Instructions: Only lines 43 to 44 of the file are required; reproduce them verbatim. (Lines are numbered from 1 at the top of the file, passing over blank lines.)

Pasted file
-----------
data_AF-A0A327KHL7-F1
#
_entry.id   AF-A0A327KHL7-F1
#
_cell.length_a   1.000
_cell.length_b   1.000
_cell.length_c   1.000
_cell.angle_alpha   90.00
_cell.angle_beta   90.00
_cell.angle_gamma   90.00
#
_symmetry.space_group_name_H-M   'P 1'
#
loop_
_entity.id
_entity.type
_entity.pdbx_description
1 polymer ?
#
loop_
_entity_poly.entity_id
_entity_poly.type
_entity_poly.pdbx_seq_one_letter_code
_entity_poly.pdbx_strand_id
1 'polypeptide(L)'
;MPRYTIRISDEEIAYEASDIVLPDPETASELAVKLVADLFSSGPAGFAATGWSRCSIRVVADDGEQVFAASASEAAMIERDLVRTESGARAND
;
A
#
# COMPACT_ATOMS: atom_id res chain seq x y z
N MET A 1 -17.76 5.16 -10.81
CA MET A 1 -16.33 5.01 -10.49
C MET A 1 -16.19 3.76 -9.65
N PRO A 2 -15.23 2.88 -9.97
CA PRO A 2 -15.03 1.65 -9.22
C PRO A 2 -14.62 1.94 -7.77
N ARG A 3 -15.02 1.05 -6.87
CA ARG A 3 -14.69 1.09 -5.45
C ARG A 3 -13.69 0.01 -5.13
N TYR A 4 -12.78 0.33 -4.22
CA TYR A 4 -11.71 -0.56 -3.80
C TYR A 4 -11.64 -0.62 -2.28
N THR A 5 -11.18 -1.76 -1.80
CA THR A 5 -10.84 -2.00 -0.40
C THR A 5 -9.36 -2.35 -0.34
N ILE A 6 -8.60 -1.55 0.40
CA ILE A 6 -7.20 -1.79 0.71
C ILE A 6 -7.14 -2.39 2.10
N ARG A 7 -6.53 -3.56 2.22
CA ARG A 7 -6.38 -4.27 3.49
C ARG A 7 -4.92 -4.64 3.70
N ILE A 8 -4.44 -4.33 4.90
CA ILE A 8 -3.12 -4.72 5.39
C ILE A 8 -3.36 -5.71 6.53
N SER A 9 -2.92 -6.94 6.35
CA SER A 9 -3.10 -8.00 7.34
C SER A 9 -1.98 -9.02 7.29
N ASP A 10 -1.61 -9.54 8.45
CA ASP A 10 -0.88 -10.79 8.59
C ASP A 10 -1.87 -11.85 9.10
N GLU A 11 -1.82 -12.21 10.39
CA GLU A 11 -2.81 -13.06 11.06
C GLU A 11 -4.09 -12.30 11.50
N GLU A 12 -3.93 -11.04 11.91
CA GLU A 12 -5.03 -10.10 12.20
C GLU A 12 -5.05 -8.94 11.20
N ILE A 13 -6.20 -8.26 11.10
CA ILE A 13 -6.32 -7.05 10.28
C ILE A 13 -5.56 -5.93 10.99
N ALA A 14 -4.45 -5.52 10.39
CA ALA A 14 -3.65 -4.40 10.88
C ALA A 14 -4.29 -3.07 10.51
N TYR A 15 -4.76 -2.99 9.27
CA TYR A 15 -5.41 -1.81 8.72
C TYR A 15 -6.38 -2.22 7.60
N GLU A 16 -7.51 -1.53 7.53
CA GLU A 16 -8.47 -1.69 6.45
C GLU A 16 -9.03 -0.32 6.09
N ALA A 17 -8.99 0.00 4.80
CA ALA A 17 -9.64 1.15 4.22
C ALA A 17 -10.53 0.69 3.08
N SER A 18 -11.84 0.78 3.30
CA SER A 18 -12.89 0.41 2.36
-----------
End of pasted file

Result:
N THR A 5 -11.18 -1.76 -1.80
CA THR A 5 -10.84 -2.00 -0.40